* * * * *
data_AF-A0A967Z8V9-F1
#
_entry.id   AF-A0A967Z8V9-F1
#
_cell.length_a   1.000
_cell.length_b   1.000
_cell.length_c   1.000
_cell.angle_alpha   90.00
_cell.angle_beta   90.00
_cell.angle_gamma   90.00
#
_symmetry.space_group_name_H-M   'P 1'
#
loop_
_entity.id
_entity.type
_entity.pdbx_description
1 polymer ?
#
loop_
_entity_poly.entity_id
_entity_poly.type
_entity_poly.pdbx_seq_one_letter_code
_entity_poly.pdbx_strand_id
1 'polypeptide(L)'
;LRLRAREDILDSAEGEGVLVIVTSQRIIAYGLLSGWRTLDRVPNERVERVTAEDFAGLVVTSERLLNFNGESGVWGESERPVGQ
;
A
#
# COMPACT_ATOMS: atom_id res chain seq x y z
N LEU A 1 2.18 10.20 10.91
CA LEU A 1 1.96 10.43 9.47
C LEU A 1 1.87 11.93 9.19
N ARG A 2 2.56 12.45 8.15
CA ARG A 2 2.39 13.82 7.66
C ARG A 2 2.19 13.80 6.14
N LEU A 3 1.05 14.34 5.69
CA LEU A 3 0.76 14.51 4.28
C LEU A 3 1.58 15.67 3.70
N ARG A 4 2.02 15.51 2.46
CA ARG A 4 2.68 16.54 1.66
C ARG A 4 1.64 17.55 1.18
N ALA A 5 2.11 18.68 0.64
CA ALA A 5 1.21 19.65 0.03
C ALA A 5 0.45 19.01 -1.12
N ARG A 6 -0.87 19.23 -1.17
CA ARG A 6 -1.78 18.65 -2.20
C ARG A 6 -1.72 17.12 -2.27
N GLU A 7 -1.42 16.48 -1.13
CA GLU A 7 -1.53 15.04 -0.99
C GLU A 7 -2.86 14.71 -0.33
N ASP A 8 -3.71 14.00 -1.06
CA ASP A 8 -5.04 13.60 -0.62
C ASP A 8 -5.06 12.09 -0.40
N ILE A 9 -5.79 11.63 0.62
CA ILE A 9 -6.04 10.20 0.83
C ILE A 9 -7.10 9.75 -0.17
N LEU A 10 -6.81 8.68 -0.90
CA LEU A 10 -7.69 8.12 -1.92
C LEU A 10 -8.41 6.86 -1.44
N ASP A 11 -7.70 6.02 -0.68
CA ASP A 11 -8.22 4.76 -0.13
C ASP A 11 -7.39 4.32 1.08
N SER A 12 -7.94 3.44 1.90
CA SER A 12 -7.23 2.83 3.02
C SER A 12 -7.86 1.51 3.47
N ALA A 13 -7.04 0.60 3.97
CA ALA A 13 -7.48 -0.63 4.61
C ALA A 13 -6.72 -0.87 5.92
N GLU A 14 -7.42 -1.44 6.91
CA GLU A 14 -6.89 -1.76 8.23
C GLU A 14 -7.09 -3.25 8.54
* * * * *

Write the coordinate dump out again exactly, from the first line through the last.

data_AF-A0A967Z8V9-F1
#
_entry.id   AF-A0A967Z8V9-F1
#
_cell.length_a   1.000
_cell.length_b   1.000
_cell.length_c   1.000
_cell.angle_alpha   90.00
_cell.angle_beta   90.00
_cell.angle_gamma   90.00
#
_symmetry.space_group_name_H-M   'P 1'
#
loop_
_entity.id
_entity.type
_entity.pdbx_description
1 polymer ?
#
loop_
_entity_poly.entity_id
_entity_poly.type
_entity_poly.pdbx_seq_one_letter_code
_entity_poly.pdbx_strand_id
1 'polypeptide(L)'
;LRLRAREDILDSAEGEGVLVIVTSQRIIAYGLLSGWRTLDRVPNERVERVTAEDFAGLVVTSERLLNFNGESGVWGESERPVGQ
;
A
#
# COMPACT_ATOMS: atom_id res chain seq x y z
N LEU A 1 2.18 10.20 10.91
CA LEU A 1 1.96 10.43 9.47
C LEU A 1 1.87 11.93 9.19
N ARG A 2 2.56 12.45 8.15
CA ARG A 2 2.39 13.82 7.66
C ARG A 2 2.19 13.80 6.14
N LEU A 3 1.05 14.34 5.69
CA LEU A 3 0.76 14.51 4.28
C LEU A 3 1.58 15.67 3.70
N ARG A 4 2.02 15.51 2.46
CA ARG A 4 2.68 16.54 1.66
C ARG A 4 1.64 17.55 1.18
N ALA A 5 2.11 18.68 0.64
CA ALA A 5 1.21 19.65 0.03
C ALA A 5 0.45 19.01 -1.12
N ARG A 6 -0.87 19.23 -1.17
CA ARG A 6 -1.78 18.65 -2.20
C ARG A 6 -1.72 17.12 -2.27
N GLU A 7 -1.42 16.48 -1.13
CA GLU A 7 -1.53 15.04 -0.99
C GLU A 7 -2.86 14.71 -0.33
N ASP A 8 -3.71 14.00 -1.06
CA ASP A 8 -5.04 13.60 -0.62
C ASP A 8 -5.06 12.09 -0.40
N ILE A 9 -5.79 11.63 0.62
CA ILE A 9 -6.04 10.20 0.83
C ILE A 9 -7.10 9.75 -0.17
N LEU A 10 -6.81 8.68 -0.90
CA LEU A 10 -7.69 8.12 -1.92
C LEU A 10 -8.41 6.86 -1.44
N ASP A 11 -7.70 6.02 -0.68
CA ASP A 11 -8.22 4.76 -0.13
C ASP A 11 -7.39 4.32 1.08
N SER A 12 -7.94 3.44 1.90
CA SER A 12 -7.23 2.83 3.02
C SER A 12 -7.86 1.51 3.47
N ALA A 13 -7.04 0.60 3.97
CA ALA A 13 -7.48 -0.63 4.61
C ALA A 13 -6.72 -0.87 5.92
N GLU A 14 -7.42 -1.44 6.91
CA GLU A 14 -6.89 -1.76 8.23
C GLU A 14 -7.09 -3.25 8.54